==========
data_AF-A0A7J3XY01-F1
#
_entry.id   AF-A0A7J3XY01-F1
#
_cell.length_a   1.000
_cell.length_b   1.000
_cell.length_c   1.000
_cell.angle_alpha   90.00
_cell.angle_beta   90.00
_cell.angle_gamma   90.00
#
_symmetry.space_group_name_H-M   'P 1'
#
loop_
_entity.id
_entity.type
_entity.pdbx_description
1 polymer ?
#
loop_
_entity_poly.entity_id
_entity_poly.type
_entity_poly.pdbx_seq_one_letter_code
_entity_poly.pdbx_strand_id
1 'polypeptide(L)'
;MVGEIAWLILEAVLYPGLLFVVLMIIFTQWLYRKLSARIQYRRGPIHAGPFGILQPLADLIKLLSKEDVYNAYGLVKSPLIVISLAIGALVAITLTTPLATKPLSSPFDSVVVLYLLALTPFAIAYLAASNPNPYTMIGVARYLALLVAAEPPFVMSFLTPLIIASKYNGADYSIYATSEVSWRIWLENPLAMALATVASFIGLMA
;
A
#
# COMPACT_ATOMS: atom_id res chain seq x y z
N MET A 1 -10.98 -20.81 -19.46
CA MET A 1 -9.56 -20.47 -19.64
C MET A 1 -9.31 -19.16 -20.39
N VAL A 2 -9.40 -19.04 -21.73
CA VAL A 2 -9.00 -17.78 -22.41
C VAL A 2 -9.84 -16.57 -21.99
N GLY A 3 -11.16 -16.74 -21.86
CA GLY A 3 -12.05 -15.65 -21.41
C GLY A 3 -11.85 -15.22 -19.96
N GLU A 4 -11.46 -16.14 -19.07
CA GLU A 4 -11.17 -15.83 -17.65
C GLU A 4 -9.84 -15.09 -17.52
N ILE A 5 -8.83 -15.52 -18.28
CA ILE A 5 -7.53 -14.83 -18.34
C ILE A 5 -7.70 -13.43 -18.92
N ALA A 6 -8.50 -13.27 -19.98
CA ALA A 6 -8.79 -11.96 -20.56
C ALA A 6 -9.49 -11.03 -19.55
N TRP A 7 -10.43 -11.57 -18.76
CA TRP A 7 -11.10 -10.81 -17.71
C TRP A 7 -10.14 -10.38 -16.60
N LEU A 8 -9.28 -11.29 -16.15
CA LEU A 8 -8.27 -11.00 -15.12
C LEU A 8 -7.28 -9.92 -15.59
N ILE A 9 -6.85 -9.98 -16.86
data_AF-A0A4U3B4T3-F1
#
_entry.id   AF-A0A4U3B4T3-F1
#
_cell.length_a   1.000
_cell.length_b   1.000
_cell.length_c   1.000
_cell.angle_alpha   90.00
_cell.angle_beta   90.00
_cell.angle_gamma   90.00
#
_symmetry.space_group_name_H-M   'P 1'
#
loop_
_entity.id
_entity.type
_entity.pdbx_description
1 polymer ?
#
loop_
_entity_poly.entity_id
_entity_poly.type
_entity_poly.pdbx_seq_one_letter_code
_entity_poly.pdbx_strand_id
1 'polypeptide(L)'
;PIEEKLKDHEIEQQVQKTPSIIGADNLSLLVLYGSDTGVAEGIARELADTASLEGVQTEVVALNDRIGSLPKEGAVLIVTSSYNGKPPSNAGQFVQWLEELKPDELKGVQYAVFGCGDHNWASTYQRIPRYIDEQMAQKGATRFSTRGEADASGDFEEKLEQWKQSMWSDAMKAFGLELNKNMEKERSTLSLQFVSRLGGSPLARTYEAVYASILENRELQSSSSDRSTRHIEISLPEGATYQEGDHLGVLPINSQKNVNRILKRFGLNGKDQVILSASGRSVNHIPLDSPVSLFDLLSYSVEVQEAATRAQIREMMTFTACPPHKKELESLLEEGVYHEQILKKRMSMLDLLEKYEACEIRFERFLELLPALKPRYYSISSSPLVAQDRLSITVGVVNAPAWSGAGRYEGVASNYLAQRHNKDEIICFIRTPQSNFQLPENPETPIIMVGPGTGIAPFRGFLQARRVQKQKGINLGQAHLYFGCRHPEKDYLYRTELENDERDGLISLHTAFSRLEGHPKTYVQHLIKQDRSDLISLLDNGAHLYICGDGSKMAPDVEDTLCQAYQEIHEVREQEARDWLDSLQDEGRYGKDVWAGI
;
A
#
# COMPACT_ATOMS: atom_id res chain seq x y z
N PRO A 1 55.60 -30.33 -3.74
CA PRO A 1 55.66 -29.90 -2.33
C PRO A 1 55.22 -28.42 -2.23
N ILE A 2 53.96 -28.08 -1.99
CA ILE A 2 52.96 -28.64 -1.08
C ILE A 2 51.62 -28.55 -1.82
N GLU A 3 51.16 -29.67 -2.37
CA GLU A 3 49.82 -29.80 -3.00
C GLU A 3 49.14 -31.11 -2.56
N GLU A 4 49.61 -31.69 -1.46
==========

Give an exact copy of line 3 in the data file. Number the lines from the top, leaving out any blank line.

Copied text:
_entry.id   AF-A0A7J3XY01-F1